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Growth of Paralympics is no surprise to former team manager Bill Berry
10:02am Thursday 6th March 2014 in Sport
THE increasing success and popularity of the Paralympics has come as no surprise to Bill Berry.
After serving as team manager at the Atlanta Paralympics in 1996, the 69-year-old from Moreton-on-Lugg is well placed to comment.
"It has been building ever since 1988 and has got progressively bigger," he said.
"The fact that it is now linked with the Olympics has helped, as has the television coverage.
"Sad to say also, there are far more injured and maimed athletes and that goes to make it a bigger event, too.
"When I managed the team, it was a part-time role but now it's an important, paid position.
"All that can stop the growth of the Paralympics are the logistical constraints - there are lots of politics behind the scenes and all of the individual sports are, understandably, fighting their corners."
Berry describes his appointment as athletics coordinator and team manager for Atlanta as the 'greatest honour I would achieve in my sporting life', but it was a culmination of a lifelong involvement in athletics and coaching.
He was still an active runner himslef when he began coaching able-bodied athletes in 1978 before a request to coach partially-sighted runner Neil Pearson opened up another direction.
Attending coach weekends with British Blind Sport brought him into contact with other coaches and partially-sighted athletes and he went on his first international trip as a coach when he was part of the coaching team for the Great Britain Visually Impaired team at the European Championships in Rome in 1985.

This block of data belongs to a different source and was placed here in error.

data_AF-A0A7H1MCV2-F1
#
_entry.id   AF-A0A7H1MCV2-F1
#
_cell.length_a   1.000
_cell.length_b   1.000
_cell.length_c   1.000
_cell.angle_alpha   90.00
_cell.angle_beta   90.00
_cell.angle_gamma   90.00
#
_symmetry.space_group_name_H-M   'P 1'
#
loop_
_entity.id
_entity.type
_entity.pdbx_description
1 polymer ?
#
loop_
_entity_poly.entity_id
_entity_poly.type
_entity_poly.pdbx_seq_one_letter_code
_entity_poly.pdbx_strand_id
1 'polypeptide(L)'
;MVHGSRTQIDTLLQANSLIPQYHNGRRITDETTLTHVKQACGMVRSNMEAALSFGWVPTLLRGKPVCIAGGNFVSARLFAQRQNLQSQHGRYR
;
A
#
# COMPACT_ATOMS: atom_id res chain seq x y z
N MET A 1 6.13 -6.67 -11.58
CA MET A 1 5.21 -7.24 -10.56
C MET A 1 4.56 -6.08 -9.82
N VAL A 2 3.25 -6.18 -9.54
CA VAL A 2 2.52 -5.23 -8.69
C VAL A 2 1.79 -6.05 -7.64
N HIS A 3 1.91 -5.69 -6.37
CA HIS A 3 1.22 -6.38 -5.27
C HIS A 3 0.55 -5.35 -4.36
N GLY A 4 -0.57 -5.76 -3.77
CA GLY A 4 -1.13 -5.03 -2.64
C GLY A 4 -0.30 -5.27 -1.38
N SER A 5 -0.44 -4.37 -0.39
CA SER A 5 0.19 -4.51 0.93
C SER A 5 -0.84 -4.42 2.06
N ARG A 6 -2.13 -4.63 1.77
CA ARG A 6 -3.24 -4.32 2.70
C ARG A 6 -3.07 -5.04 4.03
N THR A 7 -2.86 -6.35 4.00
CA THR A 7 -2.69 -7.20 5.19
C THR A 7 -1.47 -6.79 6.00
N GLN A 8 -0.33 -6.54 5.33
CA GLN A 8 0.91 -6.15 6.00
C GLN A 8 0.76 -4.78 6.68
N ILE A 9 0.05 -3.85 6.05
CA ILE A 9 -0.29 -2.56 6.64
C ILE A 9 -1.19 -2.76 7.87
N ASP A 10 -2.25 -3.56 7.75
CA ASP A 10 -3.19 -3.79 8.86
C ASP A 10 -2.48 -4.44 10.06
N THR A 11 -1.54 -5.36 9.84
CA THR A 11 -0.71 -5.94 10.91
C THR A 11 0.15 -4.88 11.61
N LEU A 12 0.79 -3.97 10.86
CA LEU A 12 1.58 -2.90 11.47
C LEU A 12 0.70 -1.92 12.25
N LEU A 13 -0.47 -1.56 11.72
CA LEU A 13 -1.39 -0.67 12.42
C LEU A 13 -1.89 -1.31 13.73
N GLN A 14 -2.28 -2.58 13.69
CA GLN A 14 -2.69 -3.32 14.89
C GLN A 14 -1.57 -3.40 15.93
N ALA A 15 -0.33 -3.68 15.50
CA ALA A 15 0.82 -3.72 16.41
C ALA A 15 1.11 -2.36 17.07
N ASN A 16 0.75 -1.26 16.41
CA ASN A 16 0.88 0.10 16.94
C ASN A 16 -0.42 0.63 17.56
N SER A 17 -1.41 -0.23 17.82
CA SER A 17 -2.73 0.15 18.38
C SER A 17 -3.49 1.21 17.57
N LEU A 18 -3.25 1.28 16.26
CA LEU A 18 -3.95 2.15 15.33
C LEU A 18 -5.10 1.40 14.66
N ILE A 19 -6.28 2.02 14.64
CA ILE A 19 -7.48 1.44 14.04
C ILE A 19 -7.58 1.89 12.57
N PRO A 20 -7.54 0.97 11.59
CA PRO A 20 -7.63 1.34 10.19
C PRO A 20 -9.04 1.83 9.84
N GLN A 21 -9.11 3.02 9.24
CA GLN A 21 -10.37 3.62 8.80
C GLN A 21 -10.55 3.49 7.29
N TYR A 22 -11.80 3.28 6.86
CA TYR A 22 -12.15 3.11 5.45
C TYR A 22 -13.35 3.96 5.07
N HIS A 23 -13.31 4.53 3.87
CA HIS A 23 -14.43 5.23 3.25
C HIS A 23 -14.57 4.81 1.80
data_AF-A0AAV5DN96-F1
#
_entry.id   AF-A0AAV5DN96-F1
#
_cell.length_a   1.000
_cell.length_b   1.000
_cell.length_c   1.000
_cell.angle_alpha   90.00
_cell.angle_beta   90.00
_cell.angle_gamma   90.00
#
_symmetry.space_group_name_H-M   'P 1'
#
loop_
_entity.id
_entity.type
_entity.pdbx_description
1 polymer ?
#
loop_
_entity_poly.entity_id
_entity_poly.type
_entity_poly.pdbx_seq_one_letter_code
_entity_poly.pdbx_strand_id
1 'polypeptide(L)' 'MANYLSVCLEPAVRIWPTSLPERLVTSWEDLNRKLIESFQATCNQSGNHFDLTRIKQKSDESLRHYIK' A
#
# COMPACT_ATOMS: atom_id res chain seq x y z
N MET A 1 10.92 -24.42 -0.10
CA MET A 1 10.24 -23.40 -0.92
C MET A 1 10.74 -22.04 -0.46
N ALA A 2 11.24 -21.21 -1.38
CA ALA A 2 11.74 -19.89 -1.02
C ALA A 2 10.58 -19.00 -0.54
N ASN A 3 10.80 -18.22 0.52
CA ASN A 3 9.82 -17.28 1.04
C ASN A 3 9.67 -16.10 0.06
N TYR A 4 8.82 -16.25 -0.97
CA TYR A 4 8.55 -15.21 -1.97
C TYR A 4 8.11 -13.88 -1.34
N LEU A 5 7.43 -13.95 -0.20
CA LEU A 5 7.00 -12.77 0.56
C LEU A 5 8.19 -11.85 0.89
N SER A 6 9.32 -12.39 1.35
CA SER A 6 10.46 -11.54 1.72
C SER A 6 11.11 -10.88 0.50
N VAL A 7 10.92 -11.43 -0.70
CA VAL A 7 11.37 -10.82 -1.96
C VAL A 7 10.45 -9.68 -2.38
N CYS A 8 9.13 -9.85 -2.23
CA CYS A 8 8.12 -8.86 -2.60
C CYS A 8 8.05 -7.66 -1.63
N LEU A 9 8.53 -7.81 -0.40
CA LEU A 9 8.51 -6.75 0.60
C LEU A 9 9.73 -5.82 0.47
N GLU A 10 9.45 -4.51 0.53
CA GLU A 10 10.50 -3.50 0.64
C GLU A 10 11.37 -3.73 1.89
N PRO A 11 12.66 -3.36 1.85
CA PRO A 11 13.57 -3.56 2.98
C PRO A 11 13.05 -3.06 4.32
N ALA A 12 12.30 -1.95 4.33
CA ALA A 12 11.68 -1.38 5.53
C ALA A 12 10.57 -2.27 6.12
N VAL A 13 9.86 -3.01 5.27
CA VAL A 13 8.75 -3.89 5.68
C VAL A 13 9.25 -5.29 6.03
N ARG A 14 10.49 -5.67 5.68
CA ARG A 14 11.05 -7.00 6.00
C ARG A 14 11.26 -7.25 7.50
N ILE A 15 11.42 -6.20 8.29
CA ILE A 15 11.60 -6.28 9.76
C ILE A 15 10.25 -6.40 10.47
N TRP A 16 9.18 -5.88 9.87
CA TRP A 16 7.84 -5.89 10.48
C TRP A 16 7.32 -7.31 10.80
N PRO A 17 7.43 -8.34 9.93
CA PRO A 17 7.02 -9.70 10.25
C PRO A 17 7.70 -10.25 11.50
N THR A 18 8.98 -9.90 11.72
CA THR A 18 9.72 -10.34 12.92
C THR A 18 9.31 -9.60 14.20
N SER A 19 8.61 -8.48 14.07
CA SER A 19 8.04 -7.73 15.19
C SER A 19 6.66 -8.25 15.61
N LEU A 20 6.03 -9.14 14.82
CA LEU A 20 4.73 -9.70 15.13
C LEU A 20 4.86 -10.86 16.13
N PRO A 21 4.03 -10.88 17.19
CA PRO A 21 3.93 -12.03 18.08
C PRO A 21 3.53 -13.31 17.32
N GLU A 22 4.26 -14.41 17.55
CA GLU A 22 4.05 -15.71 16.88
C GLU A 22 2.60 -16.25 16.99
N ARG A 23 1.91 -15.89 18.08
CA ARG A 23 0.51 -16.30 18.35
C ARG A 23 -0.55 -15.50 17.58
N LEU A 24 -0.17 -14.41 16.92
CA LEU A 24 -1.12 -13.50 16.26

"Coaching a disabled athlete is different to coaching an able-bodied athlete," said Berry. "It's more a case of thinking things through and what might happen whereas with an able-bodied athlete it's offering direction."
He also coached the next European Championships in Moscow and was then invited to join the GB Paralympic team as manager of the BBS athletes at the Seoul Paralympics.
Star of the BBS athletic team was Bob Matthews who won gold in the 800m, 1,500m and 5,000m and he later became one of the athletes coached by Berry, who had by now moved to Herefordshire after being based previously in the West Midlands at Wordsley.
Berry had come to the county in 1985 and Matthews subsequently followed in 1991 when he came to study at the Royal National College and asked Berry to take on his coaching.
Berry managed the BBS team at the World Youth Games in St Etienne in 1990 and continued his involvement with the Paralympics at Barcelona in 1992 when he took over as athletics team manager and Matthews won gold in the 5,000m as well as silver and bronze in the 1,500m and 800m respectively.
Although he ended his administrative career after the Atlanta Paralympics, that was far from the end of his own sporting involvement.
He began coaching a 'Tuesday group' of local runners in 1990, and that still continues.
He also turned his attention to cycling and took part in time trials with Hereford Wheelers which satisfied his competitive instinct.
"I don't train anymore now," he admitted. "And it's like getting rid of a millstone around my neck. I could be a bit obsessive about it."
But he still cycles regularly as a member of the Wednesday Wheelers, who cycle out to Weobley for coffee and cake and then go for a tour.
"Most of the group are in their mid to late-60s, so we drink coffee and moan about our ailments," he laughed.
He is also involved in coaching triathletes, one of whom, Kathryn King will be be taking part in the World Iron Man Championships in Hawaii later this year.
"I think she will do very well in her age group," he said.
Berry has also written a small book about his lifetime's involvement with sport as a tribute to a cycling friend Alan Hill, who died in St Michael's Hospice which benefits from the sales of the book. To buy a copy, at £5, visit the hospice shop at st-michaels-hospice.org.uk and search for Bill Berry, A Lifetime of Sport.